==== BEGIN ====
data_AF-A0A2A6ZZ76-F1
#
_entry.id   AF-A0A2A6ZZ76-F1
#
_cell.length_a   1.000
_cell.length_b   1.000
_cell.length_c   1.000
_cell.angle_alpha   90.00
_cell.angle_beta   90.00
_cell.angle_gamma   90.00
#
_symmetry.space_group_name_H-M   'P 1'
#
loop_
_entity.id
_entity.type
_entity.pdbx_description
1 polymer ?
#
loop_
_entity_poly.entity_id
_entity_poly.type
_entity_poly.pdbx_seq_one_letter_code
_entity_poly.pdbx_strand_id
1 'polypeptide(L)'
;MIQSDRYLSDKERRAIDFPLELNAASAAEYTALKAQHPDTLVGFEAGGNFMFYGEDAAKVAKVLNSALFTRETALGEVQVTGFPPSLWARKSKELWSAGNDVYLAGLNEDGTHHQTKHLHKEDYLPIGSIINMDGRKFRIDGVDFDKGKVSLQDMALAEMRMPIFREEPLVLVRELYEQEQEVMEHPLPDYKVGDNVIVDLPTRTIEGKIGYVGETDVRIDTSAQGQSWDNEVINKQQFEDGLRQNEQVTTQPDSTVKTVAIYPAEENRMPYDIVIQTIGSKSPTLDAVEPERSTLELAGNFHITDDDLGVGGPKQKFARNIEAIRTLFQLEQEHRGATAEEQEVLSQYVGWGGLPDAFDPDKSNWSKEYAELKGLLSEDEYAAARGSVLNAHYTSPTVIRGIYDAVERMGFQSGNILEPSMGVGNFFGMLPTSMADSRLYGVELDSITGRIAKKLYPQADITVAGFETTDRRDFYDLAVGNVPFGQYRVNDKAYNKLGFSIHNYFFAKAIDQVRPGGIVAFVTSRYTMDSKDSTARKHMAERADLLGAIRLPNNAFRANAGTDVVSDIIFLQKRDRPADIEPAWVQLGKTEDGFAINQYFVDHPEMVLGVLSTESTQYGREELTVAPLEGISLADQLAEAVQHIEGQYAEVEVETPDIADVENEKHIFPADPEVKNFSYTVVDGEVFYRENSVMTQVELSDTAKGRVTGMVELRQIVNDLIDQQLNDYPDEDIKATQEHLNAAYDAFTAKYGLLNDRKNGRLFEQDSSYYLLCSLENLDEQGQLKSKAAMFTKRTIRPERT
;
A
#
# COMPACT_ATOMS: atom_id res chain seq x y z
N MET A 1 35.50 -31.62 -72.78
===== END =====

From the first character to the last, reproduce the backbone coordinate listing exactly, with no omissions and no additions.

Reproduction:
data_AF-A0A2A6ZZ76-F1
#
_entry.id   AF-A0A2A6ZZ76-F1
#
_cell.length_a   1.000
_cell.length_b   1.000
_cell.length_c   1.000
_cell.angle_alpha   90.00
_cell.angle_beta   90.00
_cell.angle_gamma   90.00
#
_symmetry.space_group_name_H-M   'P 1'
#
loop_
_entity.id
_entity.type
_entity.pdbx_description
1 polymer ?
#
loop_
_entity_poly.entity_id
_entity_poly.type
_entity_poly.pdbx_seq_one_letter_code
_entity_poly.pdbx_strand_id
1 'polypeptide(L)'
;MIQSDRYLSDKERRAIDFPLELNAASAAEYTALKAQHPDTLVGFEAGGNFMFYGEDAAKVAKVLNSALFTRETALGEVQVTGFPPSLWARKSKELWSAGNDVYLAGLNEDGTHHQTKHLHKEDYLPIGSIINMDGRKFRIDGVDFDKGKVSLQDMALAEMRMPIFREEPLVLVRELYEQEQEVMEHPLPDYKVGDNVIVDLPTRTIEGKIGYVGETDVRIDTSAQGQSWDNEVINKQQFEDGLRQNEQVTTQPDSTVKTVAIYPAEENRMPYDIVIQTIGSKSPTLDAVEPERSTLELAGNFHITDDDLGVGGPKQKFARNIEAIRTLFQLEQEHRGATAEEQEVLSQYVGWGGLPDAFDPDKSNWSKEYAELKGLLSEDEYAAARGSVLNAHYTSPTVIRGIYDAVERMGFQSGNILEPSMGVGNFFGMLPTSMADSRLYGVELDSITGRIAKKLYPQADITVAGFETTDRRDFYDLAVGNVPFGQYRVNDKAYNKLGFSIHNYFFAKAIDQVRPGGIVAFVTSRYTMDSKDSTARKHMAERADLLGAIRLPNNAFRANAGTDVVSDIIFLQKRDRPADIEPAWVQLGKTEDGFAINQYFVDHPEMVLGVLSTESTQYGREELTVAPLEGISLADQLAEAVQHIEGQYAEVEVETPDIADVENEKHIFPADPEVKNFSYTVVDGEVFYRENSVMTQVELSDTAKGRVTGMVELRQIVNDLIDQQLNDYPDEDIKATQEHLNAAYDAFTAKYGLLNDRKNGRLFEQDSSYYLLCSLENLDEQGQLKSKAAMFTKRTIRPERT
;
A
#
# COMPACT_ATOMS: atom_id res chain seq x y z
N MET A 1 35.50 -31.62 -72.78